I always felt a little guilty about Christmas trees. I like the fun of trimming and the magic of colored lights in the living room, but a real tree cut down and put on life support in my house for a month before I toss it out on the corner seems wrong and wasteful.
An old friend Kris Lyons and I used to play a game to spot the last dead Christmas tree of the New Year. I think the latest either of us got with that 1990s competition was a day in March.
Last year, I found the real record breaker. This beauty was put out on my block in November!
For a few years, Nancy and I picked up a live tree at Friends of the Urban Forest, but like many American families, our rich inheritance of ornaments easily overwhelmed any bony fern pine seedling. Our sunk cost in glass balls and dangling cartoon characters pushed us back to Clancy’s lot at 7th Avenue and Lawton Street for a sturdy chopped-down Noble fir.
Tree-chopping also bugged a San Franciscan named Clarence “Sandy” F. Pratt. Almost a century ago, he formed the Outdoor Christmas Tree Association to advocate for decorating and illuminating living trees. Pratt and his group were responding to the one-upmanship of cities seeking the biggest trees to cut and truck to public sites for holiday lighting.
San Francisco, with the help of the Examiner newspaper, went particularly overboard in 1927. A 120-foot-tall fir from Mendocino County was sliced in half, denuded of all its branches, and carted up to Twin Peaks in pine-needled piles by a caravan of trucks. Public works and park employees “rebuilt” the tree at a promontory still named Christmas Tree Point by connecting the trunk halves together with an iron collar and drilling holes to reattach the branches.
Parks Department superintendent John McLaren oversaw the addition of extra boughs to “fluff out” the fir. Nature was further improved upon with colored streamers, three thousand lights, ornaments, giant metal candles, and fake snow. Thirty floodlights encircled the scene.
The decorations didn’t bother Sandy Pratt, who did up his own house at 80 El Verano Way in Monterey Heights by illuminating a large cypress in his front yard. But sacrificing large redwoods and pines from California’s forests to him was an abominable “slaughter of the innocents.”
A prominent businessman in the sand-and-gravel trade, Pratt knew how to mobilize. He launched a crusade that took hold of the state and dovetailed with a growing conservation movement.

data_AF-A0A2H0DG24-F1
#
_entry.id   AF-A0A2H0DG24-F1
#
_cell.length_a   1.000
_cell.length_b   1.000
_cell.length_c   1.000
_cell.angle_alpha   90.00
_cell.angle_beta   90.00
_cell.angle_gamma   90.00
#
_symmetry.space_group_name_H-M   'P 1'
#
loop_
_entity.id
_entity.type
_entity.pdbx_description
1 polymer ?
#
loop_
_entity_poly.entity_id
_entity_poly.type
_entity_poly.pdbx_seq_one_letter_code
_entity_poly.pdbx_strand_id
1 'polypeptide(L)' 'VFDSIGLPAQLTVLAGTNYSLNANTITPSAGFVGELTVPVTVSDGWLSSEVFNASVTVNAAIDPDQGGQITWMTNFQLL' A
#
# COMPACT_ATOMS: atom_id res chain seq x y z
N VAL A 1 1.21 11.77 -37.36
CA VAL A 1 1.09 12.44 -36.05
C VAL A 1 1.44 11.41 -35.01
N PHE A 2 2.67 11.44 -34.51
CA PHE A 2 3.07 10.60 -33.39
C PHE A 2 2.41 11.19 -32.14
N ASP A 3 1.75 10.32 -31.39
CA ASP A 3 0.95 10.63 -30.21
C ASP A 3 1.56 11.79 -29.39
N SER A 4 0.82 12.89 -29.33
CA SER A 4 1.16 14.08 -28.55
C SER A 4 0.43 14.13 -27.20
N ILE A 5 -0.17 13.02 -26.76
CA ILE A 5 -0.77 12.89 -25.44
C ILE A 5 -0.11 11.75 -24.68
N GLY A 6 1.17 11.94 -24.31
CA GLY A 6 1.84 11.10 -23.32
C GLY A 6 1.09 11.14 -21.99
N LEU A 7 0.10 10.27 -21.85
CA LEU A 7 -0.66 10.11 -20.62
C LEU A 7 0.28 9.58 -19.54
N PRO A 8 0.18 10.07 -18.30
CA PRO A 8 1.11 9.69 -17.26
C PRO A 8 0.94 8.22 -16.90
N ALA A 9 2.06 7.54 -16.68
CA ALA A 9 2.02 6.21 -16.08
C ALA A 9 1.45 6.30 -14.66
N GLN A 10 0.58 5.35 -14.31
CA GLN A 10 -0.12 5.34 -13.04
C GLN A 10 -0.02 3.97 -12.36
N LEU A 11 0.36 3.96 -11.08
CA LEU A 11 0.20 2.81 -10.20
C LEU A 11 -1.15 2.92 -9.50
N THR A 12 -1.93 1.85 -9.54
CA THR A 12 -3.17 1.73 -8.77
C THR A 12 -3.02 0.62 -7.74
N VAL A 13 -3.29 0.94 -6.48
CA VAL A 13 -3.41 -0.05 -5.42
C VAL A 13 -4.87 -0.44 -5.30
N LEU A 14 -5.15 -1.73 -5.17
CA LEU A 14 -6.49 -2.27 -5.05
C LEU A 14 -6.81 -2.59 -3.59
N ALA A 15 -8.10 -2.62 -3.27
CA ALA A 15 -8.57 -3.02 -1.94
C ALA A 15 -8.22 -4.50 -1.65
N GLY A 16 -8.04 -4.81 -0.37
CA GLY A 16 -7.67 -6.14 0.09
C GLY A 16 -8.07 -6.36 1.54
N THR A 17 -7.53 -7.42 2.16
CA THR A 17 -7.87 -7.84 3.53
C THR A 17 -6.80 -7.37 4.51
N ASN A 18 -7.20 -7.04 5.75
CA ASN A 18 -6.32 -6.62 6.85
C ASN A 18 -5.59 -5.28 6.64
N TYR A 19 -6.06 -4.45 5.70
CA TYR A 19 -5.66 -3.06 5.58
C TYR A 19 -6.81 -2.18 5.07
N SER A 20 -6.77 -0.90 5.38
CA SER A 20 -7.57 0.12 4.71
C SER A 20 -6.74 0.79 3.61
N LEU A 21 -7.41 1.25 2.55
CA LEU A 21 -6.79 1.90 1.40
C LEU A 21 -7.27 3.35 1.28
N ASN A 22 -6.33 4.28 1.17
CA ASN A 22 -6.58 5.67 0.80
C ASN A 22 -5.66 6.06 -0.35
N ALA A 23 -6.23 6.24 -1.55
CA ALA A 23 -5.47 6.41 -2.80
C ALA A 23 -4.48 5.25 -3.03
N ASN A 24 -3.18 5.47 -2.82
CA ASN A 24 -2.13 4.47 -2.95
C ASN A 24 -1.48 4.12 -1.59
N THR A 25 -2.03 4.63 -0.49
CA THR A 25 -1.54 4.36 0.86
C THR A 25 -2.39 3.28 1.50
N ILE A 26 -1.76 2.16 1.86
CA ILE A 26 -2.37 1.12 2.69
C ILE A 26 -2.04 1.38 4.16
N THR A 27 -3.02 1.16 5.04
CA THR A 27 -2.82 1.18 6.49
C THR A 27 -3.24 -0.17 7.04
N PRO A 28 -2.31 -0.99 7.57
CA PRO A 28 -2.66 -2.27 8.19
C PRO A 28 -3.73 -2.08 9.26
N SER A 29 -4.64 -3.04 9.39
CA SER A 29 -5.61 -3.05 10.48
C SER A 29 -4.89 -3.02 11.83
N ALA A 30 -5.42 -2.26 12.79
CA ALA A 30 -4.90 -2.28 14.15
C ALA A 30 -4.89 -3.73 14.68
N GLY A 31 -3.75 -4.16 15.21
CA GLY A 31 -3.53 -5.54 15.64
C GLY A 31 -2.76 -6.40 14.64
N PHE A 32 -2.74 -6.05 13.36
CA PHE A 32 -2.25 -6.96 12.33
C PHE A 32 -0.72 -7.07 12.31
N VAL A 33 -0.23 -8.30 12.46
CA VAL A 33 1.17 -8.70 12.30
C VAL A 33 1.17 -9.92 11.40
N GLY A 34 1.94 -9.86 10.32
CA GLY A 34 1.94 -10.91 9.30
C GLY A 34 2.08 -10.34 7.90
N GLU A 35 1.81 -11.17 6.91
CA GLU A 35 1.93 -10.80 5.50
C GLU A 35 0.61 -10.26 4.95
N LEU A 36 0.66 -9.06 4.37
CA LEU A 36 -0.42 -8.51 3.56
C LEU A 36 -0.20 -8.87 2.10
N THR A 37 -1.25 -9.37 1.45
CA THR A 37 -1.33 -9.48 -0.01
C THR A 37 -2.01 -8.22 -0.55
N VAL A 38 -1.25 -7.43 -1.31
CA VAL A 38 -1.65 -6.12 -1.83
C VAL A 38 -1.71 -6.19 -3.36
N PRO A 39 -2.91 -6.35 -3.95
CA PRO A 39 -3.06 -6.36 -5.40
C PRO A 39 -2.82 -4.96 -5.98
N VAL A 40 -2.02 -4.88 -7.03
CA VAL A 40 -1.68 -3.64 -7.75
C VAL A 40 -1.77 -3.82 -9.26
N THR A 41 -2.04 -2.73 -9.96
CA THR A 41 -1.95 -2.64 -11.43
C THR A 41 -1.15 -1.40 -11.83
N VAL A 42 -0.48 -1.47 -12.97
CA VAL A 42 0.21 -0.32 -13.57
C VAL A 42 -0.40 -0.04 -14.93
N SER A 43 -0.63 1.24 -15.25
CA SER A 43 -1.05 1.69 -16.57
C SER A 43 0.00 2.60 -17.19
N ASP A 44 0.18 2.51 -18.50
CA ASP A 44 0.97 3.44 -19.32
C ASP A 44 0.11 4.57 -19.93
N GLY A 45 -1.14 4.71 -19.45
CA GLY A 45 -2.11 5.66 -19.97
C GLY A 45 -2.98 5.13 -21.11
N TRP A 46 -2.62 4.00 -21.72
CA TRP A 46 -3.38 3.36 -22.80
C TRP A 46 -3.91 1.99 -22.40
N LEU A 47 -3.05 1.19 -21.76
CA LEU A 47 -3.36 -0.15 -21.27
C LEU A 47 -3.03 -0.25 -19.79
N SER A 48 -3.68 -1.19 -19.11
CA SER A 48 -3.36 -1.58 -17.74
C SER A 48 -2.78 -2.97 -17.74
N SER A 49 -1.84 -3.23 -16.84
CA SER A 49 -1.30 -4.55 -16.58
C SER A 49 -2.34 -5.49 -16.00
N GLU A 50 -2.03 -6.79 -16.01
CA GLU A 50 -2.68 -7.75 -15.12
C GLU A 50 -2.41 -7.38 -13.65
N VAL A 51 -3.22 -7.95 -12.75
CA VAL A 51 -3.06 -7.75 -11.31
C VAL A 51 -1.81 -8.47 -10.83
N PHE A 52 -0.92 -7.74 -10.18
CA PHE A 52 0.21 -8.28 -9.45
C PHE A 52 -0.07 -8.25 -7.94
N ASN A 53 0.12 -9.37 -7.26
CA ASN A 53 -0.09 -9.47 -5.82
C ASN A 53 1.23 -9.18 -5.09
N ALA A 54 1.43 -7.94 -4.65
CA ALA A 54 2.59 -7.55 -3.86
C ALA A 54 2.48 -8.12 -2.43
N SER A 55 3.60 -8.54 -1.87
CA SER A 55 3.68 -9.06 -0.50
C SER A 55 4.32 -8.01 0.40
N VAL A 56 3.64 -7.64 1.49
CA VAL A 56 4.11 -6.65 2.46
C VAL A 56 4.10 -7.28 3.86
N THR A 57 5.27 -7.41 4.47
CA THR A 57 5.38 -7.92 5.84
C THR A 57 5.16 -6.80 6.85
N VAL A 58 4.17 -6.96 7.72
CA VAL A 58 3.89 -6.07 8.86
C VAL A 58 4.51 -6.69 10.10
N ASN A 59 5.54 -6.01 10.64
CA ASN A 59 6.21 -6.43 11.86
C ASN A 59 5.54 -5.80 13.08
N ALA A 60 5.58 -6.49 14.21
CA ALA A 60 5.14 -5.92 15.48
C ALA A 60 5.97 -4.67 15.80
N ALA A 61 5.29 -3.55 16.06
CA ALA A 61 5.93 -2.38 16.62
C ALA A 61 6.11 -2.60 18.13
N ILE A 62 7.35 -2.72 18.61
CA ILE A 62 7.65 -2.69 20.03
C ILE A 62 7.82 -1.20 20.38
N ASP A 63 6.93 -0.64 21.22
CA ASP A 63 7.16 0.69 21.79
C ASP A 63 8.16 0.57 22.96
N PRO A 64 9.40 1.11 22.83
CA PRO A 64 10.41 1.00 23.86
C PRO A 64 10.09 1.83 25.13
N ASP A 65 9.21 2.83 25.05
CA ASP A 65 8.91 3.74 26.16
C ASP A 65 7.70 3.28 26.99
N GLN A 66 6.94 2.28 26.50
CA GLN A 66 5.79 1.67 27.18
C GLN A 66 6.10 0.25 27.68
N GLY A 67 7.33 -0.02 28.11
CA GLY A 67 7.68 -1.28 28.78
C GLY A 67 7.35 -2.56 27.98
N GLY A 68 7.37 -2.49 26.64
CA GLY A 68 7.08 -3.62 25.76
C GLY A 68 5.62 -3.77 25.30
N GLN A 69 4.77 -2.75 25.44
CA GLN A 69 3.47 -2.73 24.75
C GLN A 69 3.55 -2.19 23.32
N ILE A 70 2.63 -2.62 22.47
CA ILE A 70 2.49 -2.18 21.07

In 1928, the two-year-old association held a large meeting at the Palace Hotel with representatives of forestry associations, women’s clubs, chambers of commerce, and park commissioners. State divisions and local chapters of the Outdoor Christmas Tree Association were overseen by Pratt in Northern California with Hollywood star Mary Pickford nominally in charge of the Southland.
In addition to saving large trees and preserving state forests, the Outdoor Christmas Tree Association sought to “advertise the state’s climate, teach children forestry and love for the outdoors, afford pleasure for all who see outdoor electrically lighted trees and bring back the old-fashioned family reunion at Christmas time.”
In response, the cities of Fresno and Roseville each planted a “Mile of Living Christmas Trees” on prominent streets. In San Francisco, Pratt and friends decorated a sixty-foot cypress in front of Shriner’s Hospital, now the Ivy retirement home, on 19th Avenue. (This was one of my favorites when I was a kid in the 1970s.)
Instead of propping up a cut tree on Twin Peaks, the city made the large Monterey Pine in front of Golden Gate Park’s McLaren Lodge the official city Christmas tree in 1931.
Pratt died in 1950. The association survived into the 1960s, but the arboreal focus faded in the glow of a new national industry: outdoor lighting and decorative products marketed to homeowners. Whole neighborhoods competed to out-Christmas rival communities with bulbs, nativity scenes, and plastic reindeer on house roofs.
In its last years of prominence, the Outdoor Christmas Tree Association awarded prizes for “outdoor Christmas illumination” contests. The importance of living trees survived only in the group’s name.
While the city of San Francisco still illuminates the tree in front of McLaren Lodge, it has no problem also using cut live trees for decoration. Here’s the Civic Center Plaza tree in front of City Hall.
Perhaps Pratt, protector of California’s forests, did have a small win here. The decorating crew told me the tree was trucked from Oregon.
Woody Beer and Egg Nog Fund
OK, I haven’t given up coffee, but I am a sucker for egg nog. I have a nutmeg problem I can’t kick. Thanks to all who make sure I get out and have a drink with someone. Let me know if you’re in town and I’ll buy you any kind of nog.
“Christmas Tree Saving Society of State Formed,” Sacramento Bee, December 15, 1927, pg. 13.
“Living Yule Tree Provided by Shriners,” San Francisco Chronicle, December 15, 1927, pg. 2.
“Campaign Planned to Save Redwoods,” Oakland Tribune, September 24, 1928, pg. 10.
“Mrs. Zumwalt is Delegate to Xmas Tree Ass’n Meet,” Tulare Advance-Register, September 25, 1928, pg. 2.
“Christmas Body will Boost State,” San Francisco Examiner, September 27, 1928, pg. 21.
“Tree Conservation Society is Formed,” Sacramento Bee, September 27, 1928, pg. 13.
“Examiner Christmas Lighting Award List,” San Francisco Examiner, January 6, 1963, pg. 2.
“Old Trees get the ax,” Roseville Press-Tribune, March 11, 1998, pg. 1.